PHOENIX - Wind continued to drive a wildfire through bone dry trees and underbrush in the Tonto National Forest on Friday as firefighters dug in for a long battle.
More than 2,100 acres had been charred as of Friday by the Coon Creek fire, which started Wednesday in the Sierra Ancha Mountains about 30 miles north of Globe. About 360 firefighters, including some 100 brought in Friday, were trying to stop the blaze with the assistance of at least two engines, a helicopter, three air tankers and two airplanes.
''Mother nature's been in control,'' Tonto National Forest spokesman Jim Payne said. ''The winds today, that's the big factor for us. The more days we have with winds, the more problems we have.''
Leaders in the battle planned to work around the clock devising strategies to snuff the blaze, but because of the wind, fire crews were likely to be pulled off the fireline once it got dark, forest spokeswoman K.C. Ross said.
National Weather Service forecasters expected the wind to continue out of the southwest at 15 to 25 mph Friday with temperatures in the mid 80s to mid 90s.
The weekend forecast offered little relief with cooler temperatures but continued windy conditions through Sunday.
Forest Service officials believe the Coon Creek fire was caused by humans. It started in an area that is ripe for a large burn.
Years of fire suppression helped build up large amounts of undergrowth, leaves, pine needles, and twigs. In some places the underbrush - or duff - is 4 to 6 feet deep. And winter brought little moisture to the area.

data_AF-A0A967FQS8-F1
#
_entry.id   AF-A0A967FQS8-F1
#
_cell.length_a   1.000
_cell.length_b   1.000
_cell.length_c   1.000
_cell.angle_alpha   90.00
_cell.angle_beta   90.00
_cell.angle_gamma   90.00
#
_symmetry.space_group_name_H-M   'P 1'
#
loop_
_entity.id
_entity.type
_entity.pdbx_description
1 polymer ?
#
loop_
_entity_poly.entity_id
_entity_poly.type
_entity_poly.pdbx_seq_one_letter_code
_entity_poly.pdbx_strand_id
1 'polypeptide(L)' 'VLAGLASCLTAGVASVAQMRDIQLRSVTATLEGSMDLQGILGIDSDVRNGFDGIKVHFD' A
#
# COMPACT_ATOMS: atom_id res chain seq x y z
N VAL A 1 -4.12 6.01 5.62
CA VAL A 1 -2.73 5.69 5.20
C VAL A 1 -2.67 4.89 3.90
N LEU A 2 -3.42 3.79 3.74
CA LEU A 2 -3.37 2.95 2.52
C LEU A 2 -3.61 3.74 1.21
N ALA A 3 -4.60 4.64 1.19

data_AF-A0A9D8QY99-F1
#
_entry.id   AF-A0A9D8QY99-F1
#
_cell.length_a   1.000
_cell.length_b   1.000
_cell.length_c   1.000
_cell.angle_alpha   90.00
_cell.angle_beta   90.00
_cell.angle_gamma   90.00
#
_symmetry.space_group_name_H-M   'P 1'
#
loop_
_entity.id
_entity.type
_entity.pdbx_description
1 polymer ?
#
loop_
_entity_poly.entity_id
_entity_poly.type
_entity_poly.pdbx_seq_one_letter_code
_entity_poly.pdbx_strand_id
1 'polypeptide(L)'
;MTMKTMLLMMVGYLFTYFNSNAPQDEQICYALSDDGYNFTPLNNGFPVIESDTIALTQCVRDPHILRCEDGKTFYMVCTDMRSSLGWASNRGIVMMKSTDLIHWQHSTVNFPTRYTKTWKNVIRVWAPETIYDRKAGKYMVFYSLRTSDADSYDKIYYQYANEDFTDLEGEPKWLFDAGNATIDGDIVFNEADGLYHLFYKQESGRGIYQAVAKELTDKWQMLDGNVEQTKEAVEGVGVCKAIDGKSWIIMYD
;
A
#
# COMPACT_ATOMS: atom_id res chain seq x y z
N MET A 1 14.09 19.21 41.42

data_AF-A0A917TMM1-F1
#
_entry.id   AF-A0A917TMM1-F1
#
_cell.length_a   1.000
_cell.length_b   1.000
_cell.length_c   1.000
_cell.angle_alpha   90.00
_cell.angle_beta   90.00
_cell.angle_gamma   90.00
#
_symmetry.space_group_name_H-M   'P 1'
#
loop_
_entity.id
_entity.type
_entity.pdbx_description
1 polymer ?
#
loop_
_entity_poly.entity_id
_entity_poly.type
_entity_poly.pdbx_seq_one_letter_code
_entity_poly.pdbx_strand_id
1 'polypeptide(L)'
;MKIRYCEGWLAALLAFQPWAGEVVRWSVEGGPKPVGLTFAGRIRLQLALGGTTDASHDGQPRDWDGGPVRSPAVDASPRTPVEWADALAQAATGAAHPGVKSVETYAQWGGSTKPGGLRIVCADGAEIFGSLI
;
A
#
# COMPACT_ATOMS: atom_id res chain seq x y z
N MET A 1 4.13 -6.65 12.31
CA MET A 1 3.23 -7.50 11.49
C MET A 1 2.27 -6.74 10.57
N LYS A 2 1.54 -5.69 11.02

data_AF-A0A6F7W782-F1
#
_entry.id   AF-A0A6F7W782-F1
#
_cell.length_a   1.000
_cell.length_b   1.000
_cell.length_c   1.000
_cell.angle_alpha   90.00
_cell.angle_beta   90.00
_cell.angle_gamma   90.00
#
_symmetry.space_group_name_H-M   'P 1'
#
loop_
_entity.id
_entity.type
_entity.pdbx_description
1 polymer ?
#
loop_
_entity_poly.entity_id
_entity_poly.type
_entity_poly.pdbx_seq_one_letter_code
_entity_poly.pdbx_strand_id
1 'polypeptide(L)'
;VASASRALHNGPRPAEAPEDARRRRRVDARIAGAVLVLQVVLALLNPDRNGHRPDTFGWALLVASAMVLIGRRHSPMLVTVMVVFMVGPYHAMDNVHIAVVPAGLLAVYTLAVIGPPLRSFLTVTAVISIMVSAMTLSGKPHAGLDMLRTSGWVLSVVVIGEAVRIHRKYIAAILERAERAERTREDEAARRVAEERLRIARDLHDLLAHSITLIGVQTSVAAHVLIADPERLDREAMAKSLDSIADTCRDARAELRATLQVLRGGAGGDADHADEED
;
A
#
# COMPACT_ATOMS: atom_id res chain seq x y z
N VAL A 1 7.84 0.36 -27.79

Much of the vegetation has less than 10 percent moisture content and some has less than 4 percent, Payne said.
''What you've got is kiln dried,'' he said. ''It's just like a tinderbox.''
The fire ripped through the area, feeding on that fuel and continuing to grow. Some of the flames reached 100 feet into the air, building a towering smoke plume about 2,000 feet tall.
Often, wildfires can be contained quickly by experienced ''Hot Shot'' crews. In this case, the rapid pace and the rugged terrain kept them from making a dent.
Forest Service officials have closed the Sierra Ancha Wilderness and much of the surrounding area between Arizona Highway 288 and Forest Road 203.
Campers, workers at a nearby ranch and the Forest Service lookout at Aztec Peak were evacuated Wednesday.
The blaze already has some forest officials thinking back to 1996, when fire ravaged much of the western United States.
In Arizona that year, there were three fires that burned more than 15,000 acres each. The biggest, the Lone fire in the Four Peaks area east of Phoenix scorched 62,500 acres.
Fire is always a risk in the dry Southwest, said Mary Zabinski, a Forest Service spokeswoman. How much rain and lightning come this summer will have a lot of impact on the severity of the fire season, she said.
''You kind of go into every year with dread and a little bit of paranoia,'' Zabinski said. ''April is probably too soon to call it.''
On the Web: The U.S. Forest Service has information for the Southwest Region available at www.fs.fed.us/r3/fire.